An article outlining metaphysical poetry as defined by the Metaphysical Poetry Society.

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Metaphysical Poets



What Does Metaphysical Mean?

The word meta means after, so the literal translation of metaphysical is after the physical. Basically, metaphysics deals with questions that can't be explained by science. It questions the nature of reality in a philosophical way.

Here are some common metaphysical themes:

* God
* Reality
* Free will vs. determinism
* Consciousness
* Life after death
* The spirit
* The astral realm
* Religion
* Fate
* The meaning of life
* The meaning of death
* What is the "self"


Metaphysical vs. Gothic Poetry

Some people take metaphysical to mean spiritual, new age, occult, and it can certainly include those topics, but it should be differentiated from gothic poetry.

Gothic poetry is meant to be dark, spooky, creepy, frightening, etc. Edgar Allen Poe's The Raven is an example of gothic poetry.

Click here to read The Raven

Such is not the case with metaphysical poetry. Metaphysical poetry seeks to understand the deeper aspects of our world, our lives, and our experiences. For instance, the classic metaphysical poem is John Donne's Death, be not proud.

Death, be not proud, though some have called thee
Mighty and dreadful, for thou art not so;
For those whom thou think'st thou dost overthrow
Die not, poor Death, nor yet canst thou kill me.
From rest and sleep, which but thy pictures be,
Much pleasure; then from thee much more must flow,
And soonest our best men with thee do go,
Rest of their bones, and soul's delivery.
Thou art slave to fate, chance, kings, and desperate men,
And dost with poison, war, and sickness dwell,
And poppy or charms can make us sleep as well
And better than thy stroke; why swell'st thou then?
One short sleep past, we wake eternally
And death shall be no more; Death, thou shalt die.

--John Donne, 1633

In both cases, the poets talk about death, but in Poe's The Raven, it's presented as a spooky story. It's still profound, but it is gothic. Donne's poem examines the nature of death and reaches a conclusion about it, that's what makes it metaphysical.


Classic Definition of Metaphysical Poetry

The classic definition of metaphysical poetry is that it is the poetry of a select group of 17th century poets. These poets include:

John Donne
George Herbert
Andrew Marvell
Abraham Cowley
Richard Crashaw
Henry Vaughan

It is important to note that these poets did not associate together, nor did they call their poetry "metaphysical."

The term "metaphysical poets" was first used by Samuel Johnson in is analysis of the poetry of this era. In the chapter on Abraham Cowley in his Lives of the Most Eminent English Poets (1779–81), he coins the term, but it is not clear that he intended this group of boroque poets to be classified as metaphysical poets. Thus there is no real conscensus on what exactly constitutes metaphysical poetry.

For that reason, one of the goals of the metaphysical poetry society is to establish a definition of metaphysical poetry. The definition we give can be summed up in the following paragraph:


The Society's Definition of Metaphysical Poetry

Metaphysical poetry is any poem that explores the nature of “a thing in itself.” For instance, a love poem could be a metaphysical poem if it seeks to understand or illustrate the nature of that love, as opposed to merely describing the sense impressions of being in love with a certain person. A poem about death could be metaphysical if it seeks to understand or illustrate the nature of death or life after death. A religious poem that stresses the need for salvation may not be metaphysical, but if it explores the nature of man that requires salvation, or seeks to illustrate the nature of salvation, then it would probably be metaphysical.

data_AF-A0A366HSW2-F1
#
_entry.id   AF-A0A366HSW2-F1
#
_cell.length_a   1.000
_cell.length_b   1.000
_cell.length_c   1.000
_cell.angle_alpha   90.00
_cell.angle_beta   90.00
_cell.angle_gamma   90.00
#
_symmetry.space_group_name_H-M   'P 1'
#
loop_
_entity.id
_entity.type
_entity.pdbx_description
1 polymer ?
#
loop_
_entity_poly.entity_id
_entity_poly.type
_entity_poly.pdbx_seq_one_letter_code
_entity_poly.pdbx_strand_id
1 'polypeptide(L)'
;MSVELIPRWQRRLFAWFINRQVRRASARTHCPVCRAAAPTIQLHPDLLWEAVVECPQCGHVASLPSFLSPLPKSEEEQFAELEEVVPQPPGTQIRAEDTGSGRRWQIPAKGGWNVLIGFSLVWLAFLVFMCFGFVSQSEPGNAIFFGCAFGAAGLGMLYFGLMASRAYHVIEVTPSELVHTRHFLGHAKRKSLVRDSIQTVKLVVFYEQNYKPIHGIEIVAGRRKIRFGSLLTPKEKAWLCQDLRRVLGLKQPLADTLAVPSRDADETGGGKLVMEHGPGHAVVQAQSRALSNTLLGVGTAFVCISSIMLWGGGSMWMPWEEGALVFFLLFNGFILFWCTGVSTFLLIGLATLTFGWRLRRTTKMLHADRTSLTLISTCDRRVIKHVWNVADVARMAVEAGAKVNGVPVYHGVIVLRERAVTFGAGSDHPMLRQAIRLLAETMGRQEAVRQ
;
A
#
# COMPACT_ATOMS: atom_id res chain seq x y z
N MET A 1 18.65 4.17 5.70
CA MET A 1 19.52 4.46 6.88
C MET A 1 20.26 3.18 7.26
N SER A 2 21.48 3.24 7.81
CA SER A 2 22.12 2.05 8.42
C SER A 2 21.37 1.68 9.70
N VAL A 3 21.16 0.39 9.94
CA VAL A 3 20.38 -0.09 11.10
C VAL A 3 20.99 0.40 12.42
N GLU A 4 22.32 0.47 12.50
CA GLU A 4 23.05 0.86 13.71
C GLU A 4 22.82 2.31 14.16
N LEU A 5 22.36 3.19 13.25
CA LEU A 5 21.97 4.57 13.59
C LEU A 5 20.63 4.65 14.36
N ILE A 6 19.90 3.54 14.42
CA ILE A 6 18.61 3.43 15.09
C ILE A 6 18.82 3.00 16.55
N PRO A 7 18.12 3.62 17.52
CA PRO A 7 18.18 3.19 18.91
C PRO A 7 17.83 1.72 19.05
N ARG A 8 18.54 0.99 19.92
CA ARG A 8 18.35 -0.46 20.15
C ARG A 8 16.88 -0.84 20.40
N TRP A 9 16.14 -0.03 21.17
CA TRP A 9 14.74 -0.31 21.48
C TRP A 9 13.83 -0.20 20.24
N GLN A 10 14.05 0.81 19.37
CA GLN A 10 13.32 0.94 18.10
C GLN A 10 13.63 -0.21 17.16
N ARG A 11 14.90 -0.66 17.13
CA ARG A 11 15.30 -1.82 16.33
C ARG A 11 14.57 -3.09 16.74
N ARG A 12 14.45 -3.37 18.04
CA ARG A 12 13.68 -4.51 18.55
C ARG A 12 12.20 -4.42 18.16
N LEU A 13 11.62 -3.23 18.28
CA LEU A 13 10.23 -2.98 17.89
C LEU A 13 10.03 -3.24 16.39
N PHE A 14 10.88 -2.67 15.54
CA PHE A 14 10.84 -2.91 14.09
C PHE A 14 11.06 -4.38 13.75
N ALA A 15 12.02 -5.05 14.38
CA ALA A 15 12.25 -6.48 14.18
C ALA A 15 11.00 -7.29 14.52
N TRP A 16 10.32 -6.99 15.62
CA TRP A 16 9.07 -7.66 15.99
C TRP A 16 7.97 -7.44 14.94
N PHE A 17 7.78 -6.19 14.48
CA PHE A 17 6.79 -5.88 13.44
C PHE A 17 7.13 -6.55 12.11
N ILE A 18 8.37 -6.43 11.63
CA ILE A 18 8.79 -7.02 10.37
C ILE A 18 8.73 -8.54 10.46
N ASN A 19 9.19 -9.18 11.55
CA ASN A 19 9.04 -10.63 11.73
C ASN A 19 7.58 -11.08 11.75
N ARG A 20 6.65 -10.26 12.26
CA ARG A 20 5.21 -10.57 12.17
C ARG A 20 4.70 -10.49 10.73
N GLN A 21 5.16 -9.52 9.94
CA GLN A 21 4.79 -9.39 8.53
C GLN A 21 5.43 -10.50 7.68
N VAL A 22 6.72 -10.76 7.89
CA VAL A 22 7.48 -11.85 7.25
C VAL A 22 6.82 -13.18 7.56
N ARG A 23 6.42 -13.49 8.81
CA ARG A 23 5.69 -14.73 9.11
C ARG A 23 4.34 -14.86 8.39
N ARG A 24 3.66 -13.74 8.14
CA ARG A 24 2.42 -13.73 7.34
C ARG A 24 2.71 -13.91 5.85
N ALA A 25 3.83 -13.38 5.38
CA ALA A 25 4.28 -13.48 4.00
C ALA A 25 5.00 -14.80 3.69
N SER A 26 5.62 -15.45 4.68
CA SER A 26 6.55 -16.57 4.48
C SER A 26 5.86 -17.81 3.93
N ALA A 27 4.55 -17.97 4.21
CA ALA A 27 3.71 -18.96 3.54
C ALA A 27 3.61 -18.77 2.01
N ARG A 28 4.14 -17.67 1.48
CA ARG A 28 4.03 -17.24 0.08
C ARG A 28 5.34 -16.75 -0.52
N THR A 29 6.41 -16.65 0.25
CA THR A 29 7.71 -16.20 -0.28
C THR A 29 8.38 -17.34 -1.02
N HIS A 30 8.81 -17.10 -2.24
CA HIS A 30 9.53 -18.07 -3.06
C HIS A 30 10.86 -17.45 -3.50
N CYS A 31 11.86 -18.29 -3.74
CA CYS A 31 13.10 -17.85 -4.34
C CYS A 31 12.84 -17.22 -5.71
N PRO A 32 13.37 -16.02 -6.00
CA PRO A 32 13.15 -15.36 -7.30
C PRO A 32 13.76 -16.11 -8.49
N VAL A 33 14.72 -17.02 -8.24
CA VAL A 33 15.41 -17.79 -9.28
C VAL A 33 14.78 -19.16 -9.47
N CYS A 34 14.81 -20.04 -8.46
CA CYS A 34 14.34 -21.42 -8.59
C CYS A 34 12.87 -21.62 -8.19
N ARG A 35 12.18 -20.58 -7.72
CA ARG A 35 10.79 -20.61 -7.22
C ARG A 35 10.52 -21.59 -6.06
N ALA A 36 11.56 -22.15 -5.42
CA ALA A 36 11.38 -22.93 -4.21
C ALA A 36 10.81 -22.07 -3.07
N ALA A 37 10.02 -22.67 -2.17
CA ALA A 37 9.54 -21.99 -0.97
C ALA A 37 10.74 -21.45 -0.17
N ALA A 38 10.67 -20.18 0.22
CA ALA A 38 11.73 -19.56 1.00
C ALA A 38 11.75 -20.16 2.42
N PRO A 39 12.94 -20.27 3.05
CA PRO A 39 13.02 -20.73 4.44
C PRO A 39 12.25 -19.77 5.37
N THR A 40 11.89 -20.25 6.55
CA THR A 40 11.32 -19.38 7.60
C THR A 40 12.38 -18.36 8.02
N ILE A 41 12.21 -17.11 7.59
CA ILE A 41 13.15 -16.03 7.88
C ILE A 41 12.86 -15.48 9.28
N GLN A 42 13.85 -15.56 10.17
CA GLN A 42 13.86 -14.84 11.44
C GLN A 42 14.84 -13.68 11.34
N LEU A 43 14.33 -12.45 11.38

A poet typically will not be a strict metaphysical poet, more likely any poet will at times write a metaphysical poem. And then such poetry will often be metaphysical more on a scale of metaphysicality rather than definitively metaphysical. Consider a short poem by this author below:

Last Leaf
By Edward Gordon

Over a creek I cross on a winter’s walk
An oak tree stretches out its barren limb,
Except for a single blackened leaf,
Still Stubborn as yet unfallen.
But weighty raindrops split its stem,
And down it falls, as its last event,
To find it floats on the water below,
For backwood places it’s never been.

This poem could be just a poem about a leaf in the autumn that is late in falling from a tree, or it could be exploring the nature of life, death, and life hereafter. Thus, it is not strictly a metaphysical poem, but exists more on a scale of metaphysicality. Critiquing this poem for myself, I would say it is about a 5 on a scale of 0 through 10, where 0 is not metaphysical and 10 is the most starkly metaphysical.

From the Metaphysical Poetry Society’s perspective, a poem would not be eligible for publication in the Metaphysical Poetry Review, unless the editors agreed that it was at least a 5 on a scale of 0-10 for metaphysicality.

© Copyright, Metaphysical Poetry Society 2018. All Rights Reserved.



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Our goal is to publish a review every year to come out in January or February. It will be based on poetry that is submitted to the society, either directly or in the contests. The best of those submissions will go in the review. In this way, we intend to represent what modern metaphysical poetry is and who the modern metaphysical poets are. We will publish it through CreateSpace and it will be for sale at The proceeds will be made public and go to fund prizes in the contests and pay for the website expenses. No profit will ever be made from its publication.





© Copyright, Metaphysical Poetry Society 2018. All Rights Reserved.